After a brief illness, Richard Dennett Reid passed away on the afternoon of Nov. 10, 2020, surrounded by family, holding the hand of the love of his life, Millie, his wife with whom he celebrated their 72nd wedding anniversary just days before. He was 93.
Known as Dick to his family and many friends, he was born on Oct. 2, 1927, in South Freeport to Arthur Reid, a boat builder, and Harriet Skagen Reid, an immigrant from Norway. He was the youngest of nine children.
Dick’s family moved several times throughout Depression era Maine, but he spent the most, and the most fondly remembered years, of his youth in Wiscasset, where he made life-long friends and graduated from Wiscasset High School in 1944. As soon as he was eligible, he enlisted in the Navy, where he trained as a radio-gunner in high altitude, heavy bombers. He was in a station in Washington, D.C., waiting for the train that would take him to his first deployment when news came over the loudspeakers about the surrender of Japan.
While on leave in the summer of 1945, he went with a friend to a dance at the Edgecomb Town Hall and immediately caught sight of Millie Sherman across the room. From the moment he stepped up and asked her to dance, neither had the slightest doubt they had met “the one.” From this point on, Dick’s story becomes Dick and Millie’s story.
They were married on Oct. 21, 1948, and left immediately for St. Petersburg, Florida in a 1937 Chevy sedan with the princely sum of $43 and their dreams. In St. Pete, Dick worked in construction for his stepfather, Hans Jensen, building bridges, beachfront hotels, and a school for the blind.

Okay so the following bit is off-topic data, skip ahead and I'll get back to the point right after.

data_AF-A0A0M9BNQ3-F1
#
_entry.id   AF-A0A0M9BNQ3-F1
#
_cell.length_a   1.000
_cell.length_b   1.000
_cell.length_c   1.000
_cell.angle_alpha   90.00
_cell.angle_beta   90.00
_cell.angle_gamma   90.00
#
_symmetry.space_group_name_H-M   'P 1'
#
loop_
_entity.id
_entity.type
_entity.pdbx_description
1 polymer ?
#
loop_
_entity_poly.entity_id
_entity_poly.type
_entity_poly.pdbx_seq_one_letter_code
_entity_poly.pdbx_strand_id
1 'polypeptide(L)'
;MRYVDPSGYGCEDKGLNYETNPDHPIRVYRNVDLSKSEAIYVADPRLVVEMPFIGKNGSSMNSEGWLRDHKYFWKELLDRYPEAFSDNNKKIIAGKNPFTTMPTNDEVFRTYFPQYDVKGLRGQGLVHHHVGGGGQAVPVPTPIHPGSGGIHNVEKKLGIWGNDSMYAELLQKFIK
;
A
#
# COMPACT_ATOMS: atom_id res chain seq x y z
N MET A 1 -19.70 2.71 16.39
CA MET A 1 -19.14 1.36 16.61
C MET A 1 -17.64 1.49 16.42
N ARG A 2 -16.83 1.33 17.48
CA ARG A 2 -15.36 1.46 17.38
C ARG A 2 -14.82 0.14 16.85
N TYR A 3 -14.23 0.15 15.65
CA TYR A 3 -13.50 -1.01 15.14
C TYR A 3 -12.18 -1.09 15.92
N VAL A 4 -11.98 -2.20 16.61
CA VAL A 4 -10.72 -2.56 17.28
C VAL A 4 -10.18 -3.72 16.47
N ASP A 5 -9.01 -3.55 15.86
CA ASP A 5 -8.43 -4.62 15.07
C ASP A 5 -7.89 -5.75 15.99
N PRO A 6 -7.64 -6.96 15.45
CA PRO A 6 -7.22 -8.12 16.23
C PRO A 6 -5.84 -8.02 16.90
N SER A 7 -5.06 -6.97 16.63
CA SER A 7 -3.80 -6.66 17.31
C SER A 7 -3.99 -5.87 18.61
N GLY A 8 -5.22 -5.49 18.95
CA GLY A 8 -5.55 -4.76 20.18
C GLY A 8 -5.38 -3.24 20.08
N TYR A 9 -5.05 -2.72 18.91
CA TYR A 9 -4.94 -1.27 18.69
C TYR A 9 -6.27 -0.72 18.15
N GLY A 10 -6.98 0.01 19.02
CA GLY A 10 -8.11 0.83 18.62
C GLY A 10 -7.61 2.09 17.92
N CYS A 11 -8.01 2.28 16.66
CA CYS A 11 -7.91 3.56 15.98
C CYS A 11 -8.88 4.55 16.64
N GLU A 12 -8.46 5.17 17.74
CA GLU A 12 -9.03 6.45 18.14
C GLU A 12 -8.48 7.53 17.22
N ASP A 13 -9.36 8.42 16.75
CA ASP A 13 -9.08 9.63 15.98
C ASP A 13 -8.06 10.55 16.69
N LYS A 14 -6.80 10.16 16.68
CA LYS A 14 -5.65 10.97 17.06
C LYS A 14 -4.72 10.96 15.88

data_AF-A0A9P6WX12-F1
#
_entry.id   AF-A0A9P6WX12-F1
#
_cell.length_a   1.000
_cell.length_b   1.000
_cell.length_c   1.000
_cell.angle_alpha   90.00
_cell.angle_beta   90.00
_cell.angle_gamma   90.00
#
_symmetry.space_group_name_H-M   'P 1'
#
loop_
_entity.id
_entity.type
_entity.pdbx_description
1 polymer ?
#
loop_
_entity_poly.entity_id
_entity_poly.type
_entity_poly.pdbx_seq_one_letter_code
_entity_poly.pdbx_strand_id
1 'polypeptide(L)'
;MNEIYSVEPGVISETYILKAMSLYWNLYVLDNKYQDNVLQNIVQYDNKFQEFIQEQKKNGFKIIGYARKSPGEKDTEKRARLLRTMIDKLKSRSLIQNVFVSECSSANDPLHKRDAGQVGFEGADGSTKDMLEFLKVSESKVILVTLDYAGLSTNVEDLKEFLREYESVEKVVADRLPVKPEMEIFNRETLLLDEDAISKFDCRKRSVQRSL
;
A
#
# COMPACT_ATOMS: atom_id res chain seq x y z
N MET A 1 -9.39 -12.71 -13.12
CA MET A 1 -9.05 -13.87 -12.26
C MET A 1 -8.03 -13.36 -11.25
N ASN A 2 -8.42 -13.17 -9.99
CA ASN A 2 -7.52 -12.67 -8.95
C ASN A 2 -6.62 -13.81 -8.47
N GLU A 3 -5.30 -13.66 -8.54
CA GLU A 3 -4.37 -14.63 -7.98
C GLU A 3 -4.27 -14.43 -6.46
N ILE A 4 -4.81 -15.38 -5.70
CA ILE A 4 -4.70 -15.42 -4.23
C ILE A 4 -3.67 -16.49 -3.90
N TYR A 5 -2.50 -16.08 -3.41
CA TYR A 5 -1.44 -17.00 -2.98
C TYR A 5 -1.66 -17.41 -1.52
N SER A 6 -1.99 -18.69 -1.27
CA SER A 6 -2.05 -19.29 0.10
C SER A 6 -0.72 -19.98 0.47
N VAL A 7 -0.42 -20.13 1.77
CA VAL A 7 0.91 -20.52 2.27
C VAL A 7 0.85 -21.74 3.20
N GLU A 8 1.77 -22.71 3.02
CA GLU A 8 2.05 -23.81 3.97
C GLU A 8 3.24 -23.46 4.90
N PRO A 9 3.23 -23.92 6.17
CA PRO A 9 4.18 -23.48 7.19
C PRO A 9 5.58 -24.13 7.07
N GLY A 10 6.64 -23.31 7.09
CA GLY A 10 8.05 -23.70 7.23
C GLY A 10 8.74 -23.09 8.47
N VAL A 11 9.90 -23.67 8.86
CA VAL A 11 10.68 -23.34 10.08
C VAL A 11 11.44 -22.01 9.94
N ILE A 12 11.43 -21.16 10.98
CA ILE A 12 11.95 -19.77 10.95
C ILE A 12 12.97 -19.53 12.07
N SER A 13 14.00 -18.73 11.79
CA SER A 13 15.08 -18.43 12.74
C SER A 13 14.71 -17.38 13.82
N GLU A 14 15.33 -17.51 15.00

In 1951, Dick and Millie moved to Acton, Massachusetts, where Dick took over the management of his brother-in-law’s manufacturing business, cutting wooden wedges for the construction of transformers. His innovations with the process increased the shop’s productivity by more than 3000%. This creativity and sense of practical design would make its greatest mark when he collaborated with his nephew Jesse Ward and his brother John Reid to invent and patent a series of electronic tools for commercial manufacturing, including thermal wire strippers and resistance soldering tweezers. These tools would quickly become the standard demanded by the aircraft manufacturing industry, utilized by several large companies, including Raytheon and Boeing in work done for NASA’s space program. Their company, Contact Inc., would sell to everyone from NASA itself to model railroad builders.
In the meantime, Millie and Dick made several moves — to New Ipswich, New Hampshire, Pepperell, Massachusetts, Kingston and Londonderry, New Hampshire — even as their family expanded with the arrivals of Terri, Rick, Van and Cassie. In each place they lived they made life-long friends.
In the early ’60s, Dick and Millie bought a summer home in Sheepscott. The house, the village, and their neighbors provided the family many golden summers and picture postcard winter vacations. They moved permanently to Sheepscott in 1971.
In the early ’90s, Dick began to refurbish and rebuild the Edgecomb farmhouse where Millie had grown up. They moved into the homestead in 1995.
A celebration of life will be held this summer. In lieu of flowers, a random act of kindness would suit Dick fine.
Arrangements are under the direction and care of the Strong-Hancock Funeral Home, 612 Main Street, Damariscotta, ME 04543. Condolences, and messages for his family, may be expressed by visiting: www.StrongHancock.com